Answering these questions before you choose your new home will help you make a better decision about the type of housing you need. For example, if you need an extra room for hobbies, studying or overnight guests, look for larger two to three-bedroom options that will give you the space you need.
While you don’t expect a guide on moving in together to give you relationship advice, this one does because moving in can test your connection as much as it does your physical space. Don’t forget to also divvy up your time. As much as you care for one another, you both will still need time alone or for friends and family.
3. Examine Your Finances
Another task you need to do to prepare for moving in with your boyfriend or girlfriend is looking at finances. The likelihood that you and your significant other make the same amount is low. In most relationships, one person will make more than the other. Take this into consideration when dividing the bills and household expenses.
If your incomes are close, you can divide the bills evenly. However, if one of you makes considerably more than the other, that person will need to pay a proportionate amount of the expenses. For example, if you make $25,000 and your partner makes $50,000, your significant other may pay two-thirds of the total for the bills while you cover the remaining one-third. This division allows you to pay proportionate amounts of your income without feeling overwhelmed.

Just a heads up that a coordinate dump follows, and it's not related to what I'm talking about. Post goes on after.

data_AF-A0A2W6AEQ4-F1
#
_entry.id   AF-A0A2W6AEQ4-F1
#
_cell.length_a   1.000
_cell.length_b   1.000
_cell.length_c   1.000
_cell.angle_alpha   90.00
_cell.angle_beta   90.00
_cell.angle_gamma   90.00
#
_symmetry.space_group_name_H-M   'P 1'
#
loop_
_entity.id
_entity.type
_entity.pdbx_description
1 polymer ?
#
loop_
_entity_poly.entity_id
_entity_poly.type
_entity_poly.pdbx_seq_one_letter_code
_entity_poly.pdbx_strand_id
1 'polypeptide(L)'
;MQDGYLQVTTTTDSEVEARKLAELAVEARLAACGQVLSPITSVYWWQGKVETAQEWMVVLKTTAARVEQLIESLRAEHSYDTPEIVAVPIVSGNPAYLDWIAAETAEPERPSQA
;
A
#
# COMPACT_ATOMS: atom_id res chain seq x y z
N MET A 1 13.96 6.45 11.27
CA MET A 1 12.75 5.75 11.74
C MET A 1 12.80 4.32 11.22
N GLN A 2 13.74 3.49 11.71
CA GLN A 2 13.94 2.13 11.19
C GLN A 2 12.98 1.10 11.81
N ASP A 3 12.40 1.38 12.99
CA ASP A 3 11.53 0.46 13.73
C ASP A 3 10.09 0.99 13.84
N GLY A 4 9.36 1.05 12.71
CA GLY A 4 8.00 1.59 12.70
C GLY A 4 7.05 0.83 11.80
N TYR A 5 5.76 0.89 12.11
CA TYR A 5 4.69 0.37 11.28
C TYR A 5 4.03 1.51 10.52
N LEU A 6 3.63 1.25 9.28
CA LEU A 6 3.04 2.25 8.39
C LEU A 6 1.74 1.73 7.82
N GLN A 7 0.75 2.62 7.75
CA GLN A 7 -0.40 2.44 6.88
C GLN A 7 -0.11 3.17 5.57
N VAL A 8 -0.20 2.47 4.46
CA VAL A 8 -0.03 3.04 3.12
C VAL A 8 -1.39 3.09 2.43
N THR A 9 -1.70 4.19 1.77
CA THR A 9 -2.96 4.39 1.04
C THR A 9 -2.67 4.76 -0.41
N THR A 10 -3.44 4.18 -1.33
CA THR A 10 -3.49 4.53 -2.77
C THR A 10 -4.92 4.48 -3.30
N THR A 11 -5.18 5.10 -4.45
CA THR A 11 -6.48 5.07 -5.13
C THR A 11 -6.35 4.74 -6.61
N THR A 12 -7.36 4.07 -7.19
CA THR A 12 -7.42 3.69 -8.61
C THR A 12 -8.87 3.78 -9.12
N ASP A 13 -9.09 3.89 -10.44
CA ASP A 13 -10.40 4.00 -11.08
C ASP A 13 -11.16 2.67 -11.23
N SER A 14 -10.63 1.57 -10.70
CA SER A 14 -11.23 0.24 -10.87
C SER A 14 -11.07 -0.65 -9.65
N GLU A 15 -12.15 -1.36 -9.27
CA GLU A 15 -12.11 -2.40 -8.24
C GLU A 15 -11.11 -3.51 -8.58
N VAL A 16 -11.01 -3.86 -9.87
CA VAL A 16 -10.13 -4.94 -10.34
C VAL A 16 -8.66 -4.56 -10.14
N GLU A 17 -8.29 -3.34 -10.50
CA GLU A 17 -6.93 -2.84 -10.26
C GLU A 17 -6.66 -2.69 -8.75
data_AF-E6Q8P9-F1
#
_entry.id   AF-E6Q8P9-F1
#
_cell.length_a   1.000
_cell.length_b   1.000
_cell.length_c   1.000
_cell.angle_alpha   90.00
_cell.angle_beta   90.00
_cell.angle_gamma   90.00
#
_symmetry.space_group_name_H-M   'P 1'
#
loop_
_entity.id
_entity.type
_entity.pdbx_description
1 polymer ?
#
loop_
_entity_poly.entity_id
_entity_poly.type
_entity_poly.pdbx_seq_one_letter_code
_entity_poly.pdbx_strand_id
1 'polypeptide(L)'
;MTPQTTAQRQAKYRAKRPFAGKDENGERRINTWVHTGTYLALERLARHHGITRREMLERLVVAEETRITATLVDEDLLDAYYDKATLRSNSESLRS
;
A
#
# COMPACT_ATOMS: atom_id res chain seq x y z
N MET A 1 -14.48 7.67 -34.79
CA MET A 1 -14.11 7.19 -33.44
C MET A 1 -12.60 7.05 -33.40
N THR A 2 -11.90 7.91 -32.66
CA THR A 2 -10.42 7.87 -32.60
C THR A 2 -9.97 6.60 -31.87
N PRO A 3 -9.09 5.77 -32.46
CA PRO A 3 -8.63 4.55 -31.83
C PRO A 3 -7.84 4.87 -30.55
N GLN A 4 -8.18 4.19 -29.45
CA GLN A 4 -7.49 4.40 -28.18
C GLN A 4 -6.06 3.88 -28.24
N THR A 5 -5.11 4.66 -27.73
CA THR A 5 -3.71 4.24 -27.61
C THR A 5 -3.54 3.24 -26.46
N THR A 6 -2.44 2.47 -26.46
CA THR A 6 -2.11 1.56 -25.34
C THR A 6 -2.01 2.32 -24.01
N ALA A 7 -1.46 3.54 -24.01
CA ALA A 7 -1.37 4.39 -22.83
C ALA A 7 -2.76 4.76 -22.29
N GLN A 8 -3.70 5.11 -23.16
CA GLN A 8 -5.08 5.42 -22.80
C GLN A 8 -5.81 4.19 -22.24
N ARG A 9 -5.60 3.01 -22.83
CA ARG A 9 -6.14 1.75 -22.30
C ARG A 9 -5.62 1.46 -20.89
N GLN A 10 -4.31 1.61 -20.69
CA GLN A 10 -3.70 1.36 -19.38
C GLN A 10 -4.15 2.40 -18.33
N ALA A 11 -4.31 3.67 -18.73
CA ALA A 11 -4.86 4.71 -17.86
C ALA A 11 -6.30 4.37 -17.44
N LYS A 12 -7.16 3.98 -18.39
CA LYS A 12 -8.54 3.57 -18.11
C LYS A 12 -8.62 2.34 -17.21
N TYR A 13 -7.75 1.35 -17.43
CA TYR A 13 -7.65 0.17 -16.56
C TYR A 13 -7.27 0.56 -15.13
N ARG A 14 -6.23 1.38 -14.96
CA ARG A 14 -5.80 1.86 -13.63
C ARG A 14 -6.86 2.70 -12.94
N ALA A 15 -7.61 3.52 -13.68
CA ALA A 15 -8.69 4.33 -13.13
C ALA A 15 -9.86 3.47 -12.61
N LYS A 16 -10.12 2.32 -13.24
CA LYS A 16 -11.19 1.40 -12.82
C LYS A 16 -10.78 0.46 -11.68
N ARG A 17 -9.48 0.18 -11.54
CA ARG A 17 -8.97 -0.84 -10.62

When dividing the expenses, you may assign bills to each person. Or you could split the amounts evenly and transfer money to the person paying the bill. Another option is to open a joint bank account that you both contribute to and use that money for the shared expenses.
Also, discuss your spending habits. You may avoid an argument if you discover early that one of you prefers saving while the other spends lavishly. Agree on what you will want to save and spend, especially if you share an account.
4. Choose a Moving Company or DIY
Among the steps you must take when you prepare to move in together is choosing your method for the move itself. Decide whether you will do the work yourself or hire a company. If you and your significant other both are leaving your current homes and moving into a new place together, you may consider a moving company to help you with handling two households filled with personal effects.
If one of you moves in with the other, you may still want to use a moving company depending on the amount of time and effort you have to dedicate to the move. If work schedules make it difficult to do the job yourself or if you cannot get enough friends and family to help, you may want to hire a professional moving company.
You can select a DIY option but be ready to offer your friends and family a lot of pizza in reward for their efforts. Also, be willing to reciprocate their favors in the future when they need to move.
5. Coordinate Your Schedules